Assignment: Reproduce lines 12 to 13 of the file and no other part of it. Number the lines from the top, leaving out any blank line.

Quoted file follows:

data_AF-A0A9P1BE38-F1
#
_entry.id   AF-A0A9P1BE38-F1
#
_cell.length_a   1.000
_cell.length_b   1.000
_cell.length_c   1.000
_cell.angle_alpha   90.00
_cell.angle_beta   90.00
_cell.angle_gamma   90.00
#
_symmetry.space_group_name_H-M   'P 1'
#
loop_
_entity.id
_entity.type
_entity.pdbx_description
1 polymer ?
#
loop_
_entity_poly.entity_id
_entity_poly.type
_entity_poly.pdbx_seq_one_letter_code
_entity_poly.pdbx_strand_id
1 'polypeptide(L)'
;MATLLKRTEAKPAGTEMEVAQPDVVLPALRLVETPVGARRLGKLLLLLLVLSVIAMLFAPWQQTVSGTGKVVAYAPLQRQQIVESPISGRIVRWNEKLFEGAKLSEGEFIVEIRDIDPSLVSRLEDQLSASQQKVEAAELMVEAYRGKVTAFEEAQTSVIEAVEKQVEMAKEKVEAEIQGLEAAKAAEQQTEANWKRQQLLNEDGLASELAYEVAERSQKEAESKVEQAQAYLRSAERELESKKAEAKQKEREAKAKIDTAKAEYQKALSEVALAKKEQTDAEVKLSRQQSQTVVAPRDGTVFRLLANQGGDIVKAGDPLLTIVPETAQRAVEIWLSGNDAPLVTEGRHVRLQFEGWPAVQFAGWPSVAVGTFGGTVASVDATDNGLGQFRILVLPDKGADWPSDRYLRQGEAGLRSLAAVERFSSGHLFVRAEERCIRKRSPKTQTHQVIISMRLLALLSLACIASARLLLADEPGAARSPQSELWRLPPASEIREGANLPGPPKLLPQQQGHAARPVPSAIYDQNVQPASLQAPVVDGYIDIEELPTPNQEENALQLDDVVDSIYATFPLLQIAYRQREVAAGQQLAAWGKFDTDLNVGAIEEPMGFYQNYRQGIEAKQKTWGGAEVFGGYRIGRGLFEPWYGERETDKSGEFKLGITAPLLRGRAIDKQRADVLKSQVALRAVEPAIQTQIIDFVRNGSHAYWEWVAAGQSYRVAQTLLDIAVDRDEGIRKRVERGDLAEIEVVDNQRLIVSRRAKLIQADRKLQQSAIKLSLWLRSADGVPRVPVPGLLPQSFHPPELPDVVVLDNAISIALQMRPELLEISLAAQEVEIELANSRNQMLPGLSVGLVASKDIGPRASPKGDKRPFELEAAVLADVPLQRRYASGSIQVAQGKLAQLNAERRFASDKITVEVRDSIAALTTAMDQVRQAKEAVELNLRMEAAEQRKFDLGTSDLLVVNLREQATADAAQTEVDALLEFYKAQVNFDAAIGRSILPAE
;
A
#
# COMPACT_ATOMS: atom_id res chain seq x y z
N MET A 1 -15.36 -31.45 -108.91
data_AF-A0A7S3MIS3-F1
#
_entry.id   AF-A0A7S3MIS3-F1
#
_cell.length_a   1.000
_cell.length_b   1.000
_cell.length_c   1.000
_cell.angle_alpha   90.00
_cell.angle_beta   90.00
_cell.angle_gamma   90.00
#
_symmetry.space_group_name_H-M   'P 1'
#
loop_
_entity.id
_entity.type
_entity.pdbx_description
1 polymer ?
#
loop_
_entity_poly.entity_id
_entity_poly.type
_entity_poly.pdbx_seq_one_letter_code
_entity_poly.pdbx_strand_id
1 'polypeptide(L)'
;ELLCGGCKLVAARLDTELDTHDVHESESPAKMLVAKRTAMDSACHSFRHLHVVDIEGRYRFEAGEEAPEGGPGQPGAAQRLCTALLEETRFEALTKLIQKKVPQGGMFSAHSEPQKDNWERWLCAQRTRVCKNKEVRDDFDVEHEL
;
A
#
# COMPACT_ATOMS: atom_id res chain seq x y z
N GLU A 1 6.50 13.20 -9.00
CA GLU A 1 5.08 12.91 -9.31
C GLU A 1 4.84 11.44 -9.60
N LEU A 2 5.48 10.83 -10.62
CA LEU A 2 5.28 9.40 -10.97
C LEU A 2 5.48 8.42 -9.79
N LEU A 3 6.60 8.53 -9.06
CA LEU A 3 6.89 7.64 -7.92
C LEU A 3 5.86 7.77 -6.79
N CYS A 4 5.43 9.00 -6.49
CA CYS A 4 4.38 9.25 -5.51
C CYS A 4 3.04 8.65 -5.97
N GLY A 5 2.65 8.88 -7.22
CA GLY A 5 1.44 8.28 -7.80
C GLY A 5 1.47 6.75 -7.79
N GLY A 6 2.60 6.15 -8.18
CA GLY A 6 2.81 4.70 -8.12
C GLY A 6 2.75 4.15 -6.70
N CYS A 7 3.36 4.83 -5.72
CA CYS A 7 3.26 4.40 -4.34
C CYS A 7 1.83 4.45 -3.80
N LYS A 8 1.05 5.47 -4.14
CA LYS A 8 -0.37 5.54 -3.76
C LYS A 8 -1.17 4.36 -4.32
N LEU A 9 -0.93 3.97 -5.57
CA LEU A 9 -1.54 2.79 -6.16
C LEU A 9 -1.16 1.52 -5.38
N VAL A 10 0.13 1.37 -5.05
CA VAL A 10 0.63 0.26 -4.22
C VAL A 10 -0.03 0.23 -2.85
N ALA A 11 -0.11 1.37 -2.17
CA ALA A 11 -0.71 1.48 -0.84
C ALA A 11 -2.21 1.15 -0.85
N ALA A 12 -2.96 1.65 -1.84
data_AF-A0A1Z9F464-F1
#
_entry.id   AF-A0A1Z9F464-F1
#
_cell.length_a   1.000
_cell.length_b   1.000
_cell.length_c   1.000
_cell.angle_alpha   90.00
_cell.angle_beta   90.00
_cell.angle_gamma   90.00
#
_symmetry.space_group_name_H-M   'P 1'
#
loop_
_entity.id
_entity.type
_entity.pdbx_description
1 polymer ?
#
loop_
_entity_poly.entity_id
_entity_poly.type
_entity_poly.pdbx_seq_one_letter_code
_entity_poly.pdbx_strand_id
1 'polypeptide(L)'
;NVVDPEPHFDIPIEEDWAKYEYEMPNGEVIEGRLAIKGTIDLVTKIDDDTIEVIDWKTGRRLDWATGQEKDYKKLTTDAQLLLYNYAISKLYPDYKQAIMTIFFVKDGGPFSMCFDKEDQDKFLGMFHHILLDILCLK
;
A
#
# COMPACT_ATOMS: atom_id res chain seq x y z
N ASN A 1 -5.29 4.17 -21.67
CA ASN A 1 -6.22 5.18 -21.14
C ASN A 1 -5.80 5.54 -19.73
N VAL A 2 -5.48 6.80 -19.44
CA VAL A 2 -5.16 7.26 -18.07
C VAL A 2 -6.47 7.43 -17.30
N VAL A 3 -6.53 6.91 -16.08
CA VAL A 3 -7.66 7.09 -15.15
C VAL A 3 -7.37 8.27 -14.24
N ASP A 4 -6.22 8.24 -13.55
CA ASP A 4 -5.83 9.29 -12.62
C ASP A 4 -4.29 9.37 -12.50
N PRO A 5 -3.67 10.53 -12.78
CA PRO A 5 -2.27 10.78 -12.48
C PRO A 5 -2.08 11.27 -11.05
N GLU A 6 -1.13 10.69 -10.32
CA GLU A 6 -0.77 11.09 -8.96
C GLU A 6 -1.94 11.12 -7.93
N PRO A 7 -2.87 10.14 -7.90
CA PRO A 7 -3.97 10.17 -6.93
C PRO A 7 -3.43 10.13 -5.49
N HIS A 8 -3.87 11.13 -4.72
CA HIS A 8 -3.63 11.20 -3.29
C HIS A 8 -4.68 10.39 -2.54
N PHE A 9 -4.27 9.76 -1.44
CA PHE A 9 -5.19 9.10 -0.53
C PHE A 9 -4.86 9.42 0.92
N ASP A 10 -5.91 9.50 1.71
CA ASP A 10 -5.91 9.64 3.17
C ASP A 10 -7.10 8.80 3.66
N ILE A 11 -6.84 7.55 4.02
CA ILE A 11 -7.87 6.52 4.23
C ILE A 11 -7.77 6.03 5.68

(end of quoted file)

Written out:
_symmetry.space_group_name_H-M   'P 1'
#